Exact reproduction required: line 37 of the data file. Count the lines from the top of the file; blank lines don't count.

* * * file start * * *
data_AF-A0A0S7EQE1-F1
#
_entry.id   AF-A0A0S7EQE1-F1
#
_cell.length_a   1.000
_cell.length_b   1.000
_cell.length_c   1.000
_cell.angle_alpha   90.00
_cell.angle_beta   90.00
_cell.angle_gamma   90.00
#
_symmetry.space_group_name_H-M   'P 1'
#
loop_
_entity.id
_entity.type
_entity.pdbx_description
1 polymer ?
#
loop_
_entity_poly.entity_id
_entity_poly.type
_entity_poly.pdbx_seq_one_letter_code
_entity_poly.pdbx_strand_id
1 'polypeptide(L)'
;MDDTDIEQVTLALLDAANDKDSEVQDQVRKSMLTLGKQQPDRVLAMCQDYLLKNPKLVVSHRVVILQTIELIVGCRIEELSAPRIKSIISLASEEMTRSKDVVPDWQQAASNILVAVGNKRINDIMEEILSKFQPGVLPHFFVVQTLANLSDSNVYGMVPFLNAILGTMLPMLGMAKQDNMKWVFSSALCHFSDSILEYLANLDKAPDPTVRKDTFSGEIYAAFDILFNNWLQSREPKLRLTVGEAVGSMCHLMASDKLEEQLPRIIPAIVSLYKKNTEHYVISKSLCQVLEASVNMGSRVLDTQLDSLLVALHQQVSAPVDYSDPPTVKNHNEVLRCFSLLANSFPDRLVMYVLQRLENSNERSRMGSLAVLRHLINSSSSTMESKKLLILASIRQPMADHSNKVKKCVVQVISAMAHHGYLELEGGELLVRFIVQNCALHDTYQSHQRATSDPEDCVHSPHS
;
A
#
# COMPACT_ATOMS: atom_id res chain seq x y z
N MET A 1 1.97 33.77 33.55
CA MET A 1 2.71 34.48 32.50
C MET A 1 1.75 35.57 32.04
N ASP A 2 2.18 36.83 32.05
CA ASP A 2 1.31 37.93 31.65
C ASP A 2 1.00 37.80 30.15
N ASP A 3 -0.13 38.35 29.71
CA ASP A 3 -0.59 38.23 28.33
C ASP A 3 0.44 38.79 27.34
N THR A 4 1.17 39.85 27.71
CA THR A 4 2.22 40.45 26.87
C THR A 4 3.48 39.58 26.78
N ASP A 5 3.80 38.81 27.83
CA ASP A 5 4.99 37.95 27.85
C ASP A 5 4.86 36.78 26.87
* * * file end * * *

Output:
N ASP A 3 -0.13 38.35 29.71